In my attempt to become uber-connected to the Internet, I joined Twitter to see what all the fuss was about. It hasn’t become quite as useful or as informative as I had imagined, but after a couple weeks of use, I can see its potential. With the constant information deluge on Twitter, I needed to find a more efficient way to keep up with the Tweets rather than logging onto the Web site.
With a Twitter client, I can have the tweets fed to me as I do other things on my computer. Like an inbox, I can quickly scan the tweet and resume whatever I was doing. Also, these clients give me a much quicker way to update my own profile. The “micro-blogging” aspect of Twitter lends itself to spur-of-the-moment thoughts, so more ubiquitous interface means I’ll be less likely to lose my thought process while logging onto the site. There are more than 80 ways to tweet, but here I’ll quickly review the ways I access Twitter.
Twitterfox is an extension for Firefox that puts your tweets in the same window as your browser in case you like having everything in one place. This is my main interface at work mainly because I can’t install any applications on my computer. Each time tweets come in, a notifier window with an excerpt pops up temporarily, after which you can click on the Twitter logo in the corner of your browser to read the tweets. Twitterfox also has an @reply button on each tweet, making dialogue easier.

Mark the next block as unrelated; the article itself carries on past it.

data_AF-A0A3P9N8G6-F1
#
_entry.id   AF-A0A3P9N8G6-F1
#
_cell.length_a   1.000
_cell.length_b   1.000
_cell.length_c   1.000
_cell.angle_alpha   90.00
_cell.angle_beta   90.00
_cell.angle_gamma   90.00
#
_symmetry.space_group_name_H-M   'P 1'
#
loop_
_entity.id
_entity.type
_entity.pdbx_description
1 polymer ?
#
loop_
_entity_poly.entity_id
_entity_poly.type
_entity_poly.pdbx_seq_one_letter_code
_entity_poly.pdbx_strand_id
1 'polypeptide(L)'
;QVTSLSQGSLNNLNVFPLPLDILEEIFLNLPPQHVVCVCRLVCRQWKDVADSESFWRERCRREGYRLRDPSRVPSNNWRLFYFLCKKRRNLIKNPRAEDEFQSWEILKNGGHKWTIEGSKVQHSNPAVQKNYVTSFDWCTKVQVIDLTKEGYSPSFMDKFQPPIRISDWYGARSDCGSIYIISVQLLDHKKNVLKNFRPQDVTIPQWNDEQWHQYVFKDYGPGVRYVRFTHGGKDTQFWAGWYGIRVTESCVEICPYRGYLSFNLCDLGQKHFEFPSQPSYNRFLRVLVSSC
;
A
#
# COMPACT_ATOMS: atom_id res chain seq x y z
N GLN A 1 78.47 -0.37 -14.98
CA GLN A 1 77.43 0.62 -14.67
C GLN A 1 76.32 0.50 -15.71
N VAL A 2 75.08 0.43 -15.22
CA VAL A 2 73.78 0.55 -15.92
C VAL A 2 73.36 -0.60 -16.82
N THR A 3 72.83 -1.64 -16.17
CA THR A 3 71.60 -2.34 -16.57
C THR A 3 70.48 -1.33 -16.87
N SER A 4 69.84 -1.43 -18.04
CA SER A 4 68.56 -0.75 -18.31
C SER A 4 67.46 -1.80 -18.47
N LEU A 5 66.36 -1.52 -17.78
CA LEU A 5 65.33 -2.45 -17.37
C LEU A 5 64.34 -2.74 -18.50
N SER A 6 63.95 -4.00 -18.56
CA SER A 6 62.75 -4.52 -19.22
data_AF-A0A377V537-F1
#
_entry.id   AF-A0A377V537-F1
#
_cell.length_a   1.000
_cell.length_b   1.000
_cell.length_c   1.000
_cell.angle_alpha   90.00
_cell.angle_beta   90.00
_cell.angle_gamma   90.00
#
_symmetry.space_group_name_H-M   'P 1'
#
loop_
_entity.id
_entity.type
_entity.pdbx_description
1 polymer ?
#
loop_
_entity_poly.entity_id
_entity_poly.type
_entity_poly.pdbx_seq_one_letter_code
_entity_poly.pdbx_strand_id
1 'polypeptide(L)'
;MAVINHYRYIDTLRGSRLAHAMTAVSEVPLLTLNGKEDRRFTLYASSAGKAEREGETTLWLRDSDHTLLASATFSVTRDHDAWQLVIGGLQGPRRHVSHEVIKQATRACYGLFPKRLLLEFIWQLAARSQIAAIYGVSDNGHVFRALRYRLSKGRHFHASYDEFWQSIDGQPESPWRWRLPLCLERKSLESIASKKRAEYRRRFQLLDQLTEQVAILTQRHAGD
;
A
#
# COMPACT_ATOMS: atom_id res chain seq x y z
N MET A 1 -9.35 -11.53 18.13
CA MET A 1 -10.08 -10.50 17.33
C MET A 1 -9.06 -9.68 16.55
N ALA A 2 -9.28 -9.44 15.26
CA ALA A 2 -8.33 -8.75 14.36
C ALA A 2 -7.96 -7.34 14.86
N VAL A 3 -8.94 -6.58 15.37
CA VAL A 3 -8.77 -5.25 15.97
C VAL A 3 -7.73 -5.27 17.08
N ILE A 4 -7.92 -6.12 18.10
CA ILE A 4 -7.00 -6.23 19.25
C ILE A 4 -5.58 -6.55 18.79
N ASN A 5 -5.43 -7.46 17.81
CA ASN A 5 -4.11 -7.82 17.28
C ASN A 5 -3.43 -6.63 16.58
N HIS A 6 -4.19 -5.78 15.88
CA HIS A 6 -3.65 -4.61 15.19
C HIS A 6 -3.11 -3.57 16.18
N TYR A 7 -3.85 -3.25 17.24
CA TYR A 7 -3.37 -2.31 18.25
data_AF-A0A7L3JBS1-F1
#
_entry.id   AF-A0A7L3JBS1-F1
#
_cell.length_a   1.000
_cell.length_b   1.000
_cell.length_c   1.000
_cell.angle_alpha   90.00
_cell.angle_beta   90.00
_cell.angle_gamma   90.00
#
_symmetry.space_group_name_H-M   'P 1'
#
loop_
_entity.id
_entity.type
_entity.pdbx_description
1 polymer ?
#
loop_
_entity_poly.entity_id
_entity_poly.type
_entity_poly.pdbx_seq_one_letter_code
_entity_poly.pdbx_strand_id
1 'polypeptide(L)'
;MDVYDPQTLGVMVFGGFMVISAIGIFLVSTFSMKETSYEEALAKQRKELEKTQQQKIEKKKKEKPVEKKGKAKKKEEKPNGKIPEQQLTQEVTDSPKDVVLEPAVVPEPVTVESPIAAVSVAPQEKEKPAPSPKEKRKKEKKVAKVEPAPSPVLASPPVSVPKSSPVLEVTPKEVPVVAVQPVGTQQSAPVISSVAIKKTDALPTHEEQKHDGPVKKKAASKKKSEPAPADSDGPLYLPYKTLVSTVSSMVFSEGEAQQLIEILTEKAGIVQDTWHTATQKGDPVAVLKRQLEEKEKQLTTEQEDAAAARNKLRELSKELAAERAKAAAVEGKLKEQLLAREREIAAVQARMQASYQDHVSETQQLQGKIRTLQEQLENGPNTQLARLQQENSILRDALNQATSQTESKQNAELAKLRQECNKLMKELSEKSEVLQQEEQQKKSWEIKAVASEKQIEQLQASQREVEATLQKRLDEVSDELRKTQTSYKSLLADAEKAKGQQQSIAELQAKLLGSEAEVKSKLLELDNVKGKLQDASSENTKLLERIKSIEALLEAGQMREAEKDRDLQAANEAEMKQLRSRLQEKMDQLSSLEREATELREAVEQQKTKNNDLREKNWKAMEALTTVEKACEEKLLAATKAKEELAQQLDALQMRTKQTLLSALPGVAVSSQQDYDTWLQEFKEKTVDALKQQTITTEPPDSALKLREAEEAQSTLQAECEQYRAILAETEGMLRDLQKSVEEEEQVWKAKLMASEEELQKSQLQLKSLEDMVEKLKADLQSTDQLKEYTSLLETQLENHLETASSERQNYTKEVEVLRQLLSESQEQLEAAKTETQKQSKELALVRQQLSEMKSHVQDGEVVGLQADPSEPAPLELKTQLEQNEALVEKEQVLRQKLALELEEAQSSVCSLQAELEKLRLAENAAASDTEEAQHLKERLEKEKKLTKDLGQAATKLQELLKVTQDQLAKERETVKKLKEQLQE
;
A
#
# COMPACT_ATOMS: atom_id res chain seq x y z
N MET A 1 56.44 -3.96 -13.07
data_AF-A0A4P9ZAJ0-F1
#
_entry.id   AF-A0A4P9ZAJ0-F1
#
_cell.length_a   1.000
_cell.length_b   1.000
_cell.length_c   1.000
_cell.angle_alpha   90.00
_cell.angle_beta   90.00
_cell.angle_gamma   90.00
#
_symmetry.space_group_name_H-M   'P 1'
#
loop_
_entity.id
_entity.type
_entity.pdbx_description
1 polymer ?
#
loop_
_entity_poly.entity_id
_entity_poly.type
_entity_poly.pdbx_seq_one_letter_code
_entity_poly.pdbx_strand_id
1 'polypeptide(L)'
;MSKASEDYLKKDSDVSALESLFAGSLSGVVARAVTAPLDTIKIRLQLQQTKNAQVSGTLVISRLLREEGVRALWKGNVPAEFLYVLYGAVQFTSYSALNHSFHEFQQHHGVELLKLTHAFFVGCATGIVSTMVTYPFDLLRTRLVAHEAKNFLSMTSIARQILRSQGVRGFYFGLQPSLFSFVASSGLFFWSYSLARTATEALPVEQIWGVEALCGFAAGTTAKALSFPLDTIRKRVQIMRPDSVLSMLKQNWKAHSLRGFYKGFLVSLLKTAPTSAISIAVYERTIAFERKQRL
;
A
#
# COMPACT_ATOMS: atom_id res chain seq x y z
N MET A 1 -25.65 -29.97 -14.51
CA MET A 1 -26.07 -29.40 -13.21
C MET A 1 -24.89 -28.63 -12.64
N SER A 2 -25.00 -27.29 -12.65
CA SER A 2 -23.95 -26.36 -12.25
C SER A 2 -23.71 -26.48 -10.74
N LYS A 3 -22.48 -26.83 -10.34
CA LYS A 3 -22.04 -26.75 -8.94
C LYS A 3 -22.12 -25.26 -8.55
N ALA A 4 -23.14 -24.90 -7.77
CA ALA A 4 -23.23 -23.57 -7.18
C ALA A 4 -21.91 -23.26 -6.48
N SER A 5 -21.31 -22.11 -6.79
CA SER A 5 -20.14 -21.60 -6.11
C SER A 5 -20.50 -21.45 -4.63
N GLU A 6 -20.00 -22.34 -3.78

Twhirl — along with being a difficult word to type — is the desktop client I use on my MacBook at home and serves as the main portal to my Twitter account. Inside the customizable window, I can easily toggle between all the tweets, my direct messages and my archive as well as search for tweets related to any topic using Tweet Scan. You can find more Twitter functions when you roll over the avatars in Twhirl, such as direct messages and @replies. Each time a tweet comes in, Twhirl plays a chime and a pop up appears to notify you. I also like having an application outside of Firefox so that I can Command+Tab to the application instead of having to click to open and close the box in Twitterfox.
Twitterbar, another Firefox add-on is the simplest Twitter application I use. It only serves as a way to update Twitter, not read it. To do so, type your tweet into the address bar of your Firefox browser and click on the little button on the right. Simply hovering over it will let you know how many characters you have left to use. I don’t use this application very often, but it’s nice to have when you want to tweet quickly. Type and click — it doesn’t get much simpler than that.
You can also update your Twitter profile via text messages. I’ve tried a handful of other desktop clients, such as Twitterpod, Twitterific and Tweetr, but I didn’t like them as much. How do you Twitter?
Sidenote: In this age of turning nouns into verbs (e.g. “to Google something”), when someone updates his Twitter profile, does he Twitter or does he tweet?